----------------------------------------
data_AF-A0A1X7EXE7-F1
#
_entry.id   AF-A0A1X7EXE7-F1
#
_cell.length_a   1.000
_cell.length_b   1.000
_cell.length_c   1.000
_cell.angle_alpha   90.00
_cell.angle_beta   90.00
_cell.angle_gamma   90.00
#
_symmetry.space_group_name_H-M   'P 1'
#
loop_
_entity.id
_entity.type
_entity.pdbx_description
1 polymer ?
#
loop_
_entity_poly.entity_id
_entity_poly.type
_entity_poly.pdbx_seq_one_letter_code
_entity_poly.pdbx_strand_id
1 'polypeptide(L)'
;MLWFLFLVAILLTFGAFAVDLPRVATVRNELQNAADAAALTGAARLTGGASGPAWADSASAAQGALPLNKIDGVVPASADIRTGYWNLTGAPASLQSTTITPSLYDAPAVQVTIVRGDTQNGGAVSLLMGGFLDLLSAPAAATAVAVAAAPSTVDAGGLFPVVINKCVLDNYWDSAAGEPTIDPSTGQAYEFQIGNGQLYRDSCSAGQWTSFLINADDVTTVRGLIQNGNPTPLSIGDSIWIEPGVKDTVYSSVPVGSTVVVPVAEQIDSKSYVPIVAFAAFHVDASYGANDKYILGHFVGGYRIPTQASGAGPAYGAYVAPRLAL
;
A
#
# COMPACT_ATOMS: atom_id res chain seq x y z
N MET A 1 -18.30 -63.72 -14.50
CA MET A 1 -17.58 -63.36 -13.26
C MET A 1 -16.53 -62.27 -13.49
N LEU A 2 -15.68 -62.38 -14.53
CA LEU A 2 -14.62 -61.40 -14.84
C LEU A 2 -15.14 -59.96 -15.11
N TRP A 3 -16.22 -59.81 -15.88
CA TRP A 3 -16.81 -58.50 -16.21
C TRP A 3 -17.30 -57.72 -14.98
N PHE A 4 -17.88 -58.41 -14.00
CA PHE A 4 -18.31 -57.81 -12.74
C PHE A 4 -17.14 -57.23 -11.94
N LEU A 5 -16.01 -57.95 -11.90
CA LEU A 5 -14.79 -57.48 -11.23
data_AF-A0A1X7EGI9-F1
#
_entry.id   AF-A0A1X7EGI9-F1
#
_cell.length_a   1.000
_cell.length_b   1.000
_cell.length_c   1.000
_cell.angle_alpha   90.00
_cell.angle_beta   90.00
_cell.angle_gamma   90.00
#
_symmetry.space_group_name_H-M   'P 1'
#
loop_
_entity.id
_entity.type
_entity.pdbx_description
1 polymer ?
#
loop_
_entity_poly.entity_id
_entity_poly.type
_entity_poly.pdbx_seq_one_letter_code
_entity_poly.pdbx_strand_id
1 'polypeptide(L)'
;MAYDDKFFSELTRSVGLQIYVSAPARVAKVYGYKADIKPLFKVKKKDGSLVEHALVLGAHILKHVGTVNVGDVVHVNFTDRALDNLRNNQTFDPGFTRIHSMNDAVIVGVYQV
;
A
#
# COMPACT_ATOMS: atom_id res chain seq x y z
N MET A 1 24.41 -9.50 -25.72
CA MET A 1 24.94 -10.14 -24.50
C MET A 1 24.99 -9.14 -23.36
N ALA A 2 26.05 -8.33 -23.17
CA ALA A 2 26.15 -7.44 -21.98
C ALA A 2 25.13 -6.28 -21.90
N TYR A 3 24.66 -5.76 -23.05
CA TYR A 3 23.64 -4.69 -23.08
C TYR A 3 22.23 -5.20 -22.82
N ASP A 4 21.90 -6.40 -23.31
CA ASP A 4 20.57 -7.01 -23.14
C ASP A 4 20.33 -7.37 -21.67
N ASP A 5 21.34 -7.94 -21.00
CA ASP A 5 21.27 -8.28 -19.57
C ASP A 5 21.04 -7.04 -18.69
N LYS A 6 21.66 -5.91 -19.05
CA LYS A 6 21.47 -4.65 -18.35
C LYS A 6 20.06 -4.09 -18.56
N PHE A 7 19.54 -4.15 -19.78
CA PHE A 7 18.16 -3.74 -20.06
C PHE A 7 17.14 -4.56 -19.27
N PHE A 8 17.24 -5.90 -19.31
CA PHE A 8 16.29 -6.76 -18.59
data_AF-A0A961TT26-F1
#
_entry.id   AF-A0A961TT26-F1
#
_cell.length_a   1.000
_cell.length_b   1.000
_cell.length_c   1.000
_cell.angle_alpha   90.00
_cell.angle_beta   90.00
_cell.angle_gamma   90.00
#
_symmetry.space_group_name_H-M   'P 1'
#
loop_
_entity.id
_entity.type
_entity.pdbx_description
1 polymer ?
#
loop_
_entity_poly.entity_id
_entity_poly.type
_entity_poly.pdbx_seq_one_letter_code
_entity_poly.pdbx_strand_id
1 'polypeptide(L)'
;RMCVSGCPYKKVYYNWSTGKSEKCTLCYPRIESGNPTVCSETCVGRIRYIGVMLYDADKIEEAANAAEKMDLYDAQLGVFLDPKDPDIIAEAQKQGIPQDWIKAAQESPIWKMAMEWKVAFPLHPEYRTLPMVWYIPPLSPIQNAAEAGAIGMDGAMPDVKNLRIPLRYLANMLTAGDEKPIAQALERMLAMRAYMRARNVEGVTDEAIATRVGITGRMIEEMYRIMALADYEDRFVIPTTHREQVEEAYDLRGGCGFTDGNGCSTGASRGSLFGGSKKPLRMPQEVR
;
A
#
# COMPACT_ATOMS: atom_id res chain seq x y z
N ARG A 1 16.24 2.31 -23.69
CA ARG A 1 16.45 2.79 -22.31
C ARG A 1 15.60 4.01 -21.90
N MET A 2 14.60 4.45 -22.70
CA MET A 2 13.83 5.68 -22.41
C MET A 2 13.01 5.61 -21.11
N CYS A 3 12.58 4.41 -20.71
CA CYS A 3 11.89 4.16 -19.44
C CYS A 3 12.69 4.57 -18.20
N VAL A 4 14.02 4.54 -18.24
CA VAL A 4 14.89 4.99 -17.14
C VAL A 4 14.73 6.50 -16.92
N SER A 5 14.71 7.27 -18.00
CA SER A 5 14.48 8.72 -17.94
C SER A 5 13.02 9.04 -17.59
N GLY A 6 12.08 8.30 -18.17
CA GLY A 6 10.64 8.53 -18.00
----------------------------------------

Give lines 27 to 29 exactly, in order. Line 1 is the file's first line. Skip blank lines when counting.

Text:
;
A
#